(3 Sep 2010)
"SEGULAH NIFLAH - Is there another non-Masoret version of the Hebrew Scriptures out there somewhere? This text suggests there is."
Segulah Niflah is an ancient Jewish
commentary on Psalm 20. No one knows who wrote it or when it was written,
but it uses 7 different pronunciations for the Divine Name, including the most
common Masoretic pronunciation. It was published in Shulcan
Aruch, and contains a lot of fascinating information.
It tells us several things. First it tells us there is
more than one way to say the Divine Name. It also tells us that there are
Hebrew manuscripts of at least parts of Scripture that had the Divine Name
recorded with a variety of vowel combinations. It tells us that the
scribes QUIT annotating 60 of the Psalms, but tells us that the rest continued
to be annotated with vowels and it provides the vowels for Psalm 20.
It was written during a time when it was permissible to pray
using the Divine Name, since it encourages you to do so. That's not the
case today, but it was when it was written, which is why the commentary says
that when someone is in trouble, he should pray Psalms 20, and say it using the
exact vowels he provides for the Divine Name - a different set of vowels for
each time the Name appears in the Psalm. The author also specifically says that
the vowels he records are what he recieved as a matter of tradition, and was in
those non-Masoret copies of the Psalms that were still floating around at the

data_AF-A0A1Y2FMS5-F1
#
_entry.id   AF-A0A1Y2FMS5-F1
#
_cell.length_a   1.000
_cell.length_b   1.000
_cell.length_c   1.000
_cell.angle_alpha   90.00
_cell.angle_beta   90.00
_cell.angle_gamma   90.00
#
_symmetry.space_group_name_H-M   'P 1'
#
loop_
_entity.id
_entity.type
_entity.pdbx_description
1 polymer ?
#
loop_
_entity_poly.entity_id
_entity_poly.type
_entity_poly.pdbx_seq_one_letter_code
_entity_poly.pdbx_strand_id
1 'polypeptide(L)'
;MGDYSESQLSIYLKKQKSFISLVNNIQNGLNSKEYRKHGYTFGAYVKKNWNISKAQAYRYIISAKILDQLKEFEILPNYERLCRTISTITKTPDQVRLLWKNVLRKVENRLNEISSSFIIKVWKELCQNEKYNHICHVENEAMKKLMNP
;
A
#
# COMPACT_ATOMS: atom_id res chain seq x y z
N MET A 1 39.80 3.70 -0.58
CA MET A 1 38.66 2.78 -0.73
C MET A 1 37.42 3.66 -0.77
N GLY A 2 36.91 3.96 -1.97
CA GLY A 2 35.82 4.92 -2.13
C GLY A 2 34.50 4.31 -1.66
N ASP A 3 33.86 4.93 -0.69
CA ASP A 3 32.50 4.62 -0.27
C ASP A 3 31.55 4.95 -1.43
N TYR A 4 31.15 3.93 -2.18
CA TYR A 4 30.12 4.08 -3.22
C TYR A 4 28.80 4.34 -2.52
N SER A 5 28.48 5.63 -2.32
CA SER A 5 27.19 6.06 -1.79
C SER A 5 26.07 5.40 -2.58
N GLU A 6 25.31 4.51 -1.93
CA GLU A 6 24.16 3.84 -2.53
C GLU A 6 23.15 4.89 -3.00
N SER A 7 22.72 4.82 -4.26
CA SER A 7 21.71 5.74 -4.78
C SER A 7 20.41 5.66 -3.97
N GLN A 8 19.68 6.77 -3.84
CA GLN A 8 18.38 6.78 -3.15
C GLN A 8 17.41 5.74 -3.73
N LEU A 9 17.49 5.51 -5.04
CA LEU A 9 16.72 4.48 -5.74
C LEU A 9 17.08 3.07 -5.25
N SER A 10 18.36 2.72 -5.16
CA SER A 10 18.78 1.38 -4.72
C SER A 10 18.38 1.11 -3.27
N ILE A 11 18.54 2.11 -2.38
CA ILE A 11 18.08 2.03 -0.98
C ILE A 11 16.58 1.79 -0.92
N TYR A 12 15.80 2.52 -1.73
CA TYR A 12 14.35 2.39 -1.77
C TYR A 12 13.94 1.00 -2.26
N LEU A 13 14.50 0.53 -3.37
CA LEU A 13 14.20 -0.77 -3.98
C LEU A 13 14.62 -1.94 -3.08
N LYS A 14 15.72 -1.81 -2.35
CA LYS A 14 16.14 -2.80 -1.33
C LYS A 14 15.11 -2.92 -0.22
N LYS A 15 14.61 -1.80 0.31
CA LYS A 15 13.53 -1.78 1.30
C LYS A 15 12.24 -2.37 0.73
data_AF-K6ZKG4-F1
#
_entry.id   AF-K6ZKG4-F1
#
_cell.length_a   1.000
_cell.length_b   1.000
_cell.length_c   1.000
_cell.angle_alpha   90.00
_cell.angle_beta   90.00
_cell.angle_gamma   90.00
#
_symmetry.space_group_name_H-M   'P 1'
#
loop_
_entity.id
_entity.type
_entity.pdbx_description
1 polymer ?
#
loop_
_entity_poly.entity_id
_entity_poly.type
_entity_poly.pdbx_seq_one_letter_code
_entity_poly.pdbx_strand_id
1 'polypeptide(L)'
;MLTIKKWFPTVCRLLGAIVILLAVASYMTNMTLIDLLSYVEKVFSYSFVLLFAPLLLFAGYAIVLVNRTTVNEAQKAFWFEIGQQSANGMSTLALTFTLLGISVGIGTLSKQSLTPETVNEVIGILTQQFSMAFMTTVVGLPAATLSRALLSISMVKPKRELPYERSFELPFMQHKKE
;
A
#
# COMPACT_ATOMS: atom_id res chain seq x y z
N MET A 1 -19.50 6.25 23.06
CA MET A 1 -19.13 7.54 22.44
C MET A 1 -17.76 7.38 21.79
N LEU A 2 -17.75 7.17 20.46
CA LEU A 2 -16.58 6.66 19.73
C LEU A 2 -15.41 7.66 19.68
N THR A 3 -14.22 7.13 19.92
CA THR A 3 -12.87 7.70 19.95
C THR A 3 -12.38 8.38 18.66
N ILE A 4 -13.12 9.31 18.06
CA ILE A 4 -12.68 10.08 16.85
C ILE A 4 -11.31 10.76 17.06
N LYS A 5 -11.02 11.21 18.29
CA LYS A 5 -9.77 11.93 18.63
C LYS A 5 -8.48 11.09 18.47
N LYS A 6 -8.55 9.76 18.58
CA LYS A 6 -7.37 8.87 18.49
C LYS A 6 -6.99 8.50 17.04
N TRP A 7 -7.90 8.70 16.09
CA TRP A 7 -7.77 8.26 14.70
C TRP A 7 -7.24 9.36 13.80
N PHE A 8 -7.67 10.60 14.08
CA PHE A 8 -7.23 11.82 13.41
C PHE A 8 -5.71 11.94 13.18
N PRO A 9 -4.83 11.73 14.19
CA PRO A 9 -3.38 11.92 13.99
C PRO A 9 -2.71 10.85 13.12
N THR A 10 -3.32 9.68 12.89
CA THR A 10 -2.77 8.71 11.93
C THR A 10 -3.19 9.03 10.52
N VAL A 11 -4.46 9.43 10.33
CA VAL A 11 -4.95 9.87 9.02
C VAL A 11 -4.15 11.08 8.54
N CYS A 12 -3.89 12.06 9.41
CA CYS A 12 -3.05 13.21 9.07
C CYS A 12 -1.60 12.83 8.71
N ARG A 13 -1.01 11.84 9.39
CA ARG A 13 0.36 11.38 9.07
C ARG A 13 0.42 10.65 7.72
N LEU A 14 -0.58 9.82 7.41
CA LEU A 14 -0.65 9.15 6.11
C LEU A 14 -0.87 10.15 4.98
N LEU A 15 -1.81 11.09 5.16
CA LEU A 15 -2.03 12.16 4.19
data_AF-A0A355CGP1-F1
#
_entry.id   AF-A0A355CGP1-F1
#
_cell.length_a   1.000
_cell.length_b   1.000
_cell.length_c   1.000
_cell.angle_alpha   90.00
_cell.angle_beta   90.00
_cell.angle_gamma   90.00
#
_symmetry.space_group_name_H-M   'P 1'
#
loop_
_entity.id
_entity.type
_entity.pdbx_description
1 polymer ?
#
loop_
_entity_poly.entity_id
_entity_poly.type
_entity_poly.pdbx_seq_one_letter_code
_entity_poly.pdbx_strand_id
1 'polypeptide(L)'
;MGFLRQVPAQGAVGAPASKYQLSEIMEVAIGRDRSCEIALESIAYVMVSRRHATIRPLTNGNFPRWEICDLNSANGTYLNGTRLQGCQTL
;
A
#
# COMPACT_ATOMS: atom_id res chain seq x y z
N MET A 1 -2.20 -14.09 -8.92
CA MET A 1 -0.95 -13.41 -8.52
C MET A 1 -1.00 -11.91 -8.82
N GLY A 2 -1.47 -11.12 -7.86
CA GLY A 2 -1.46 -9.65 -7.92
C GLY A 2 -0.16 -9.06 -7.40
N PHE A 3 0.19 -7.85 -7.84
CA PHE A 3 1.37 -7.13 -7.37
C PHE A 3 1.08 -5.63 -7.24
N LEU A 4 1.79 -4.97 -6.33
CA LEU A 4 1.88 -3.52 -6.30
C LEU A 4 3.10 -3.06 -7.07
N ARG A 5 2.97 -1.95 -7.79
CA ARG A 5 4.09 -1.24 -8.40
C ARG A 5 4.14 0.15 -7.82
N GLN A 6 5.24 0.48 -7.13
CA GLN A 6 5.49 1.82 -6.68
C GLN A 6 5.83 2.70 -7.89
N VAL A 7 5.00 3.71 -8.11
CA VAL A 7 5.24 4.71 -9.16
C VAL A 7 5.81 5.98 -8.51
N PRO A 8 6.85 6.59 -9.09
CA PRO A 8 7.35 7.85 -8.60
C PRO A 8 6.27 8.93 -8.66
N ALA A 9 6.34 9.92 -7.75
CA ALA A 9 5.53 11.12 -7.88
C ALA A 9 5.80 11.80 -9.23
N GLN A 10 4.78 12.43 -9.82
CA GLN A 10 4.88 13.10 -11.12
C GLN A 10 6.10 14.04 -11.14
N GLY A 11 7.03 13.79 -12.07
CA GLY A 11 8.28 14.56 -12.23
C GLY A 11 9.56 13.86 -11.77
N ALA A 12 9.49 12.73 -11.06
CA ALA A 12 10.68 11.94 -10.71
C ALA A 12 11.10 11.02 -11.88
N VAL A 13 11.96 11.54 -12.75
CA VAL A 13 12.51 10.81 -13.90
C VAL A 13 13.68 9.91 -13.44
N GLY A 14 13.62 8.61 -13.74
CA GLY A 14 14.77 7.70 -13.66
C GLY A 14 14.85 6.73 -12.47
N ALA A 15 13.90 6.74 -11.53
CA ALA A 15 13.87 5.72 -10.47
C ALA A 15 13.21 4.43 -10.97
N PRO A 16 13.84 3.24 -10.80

time the commentary was written.
Segulah Niflah also answers several questions scholars have
debated over the Divine Name, such as a complex debate on the use of
gender. It's a fascinating reading from Jewish history. I have
provided a complete copy of the Hebrew text and an English translation of
Segulah Niflah at my web site at http://www.messiahalive.com/thename.htm where
I sift through the pages of Jewish history showing you what has been recorded
about the Divine Name over the years. Yes, it will tell you that much of
what you have been taught is wrong - but that is because what you have been
taught disagrees with ancient Jewish tradition. And just in case you might
be wondering if what you have been taught is right and Segulah Niflah is wrong,
well......this is not a rogue document because it was published as part of
Shulcan Aruch in 1550 AD - a document so important to Judaism
that the end of the Rishonim period of Jewish history is defined by the
publication of Shulcan Aruch .
If you go to http://www.messiahalive.com/thename.htm ,
you will find a copy of Segulah Niflah in the PDF I provided entitled "The
Complex Name of the Almighty" along with 2 video lessons on the Divine Name, the
second of which goes into more detail on this ancient commentary.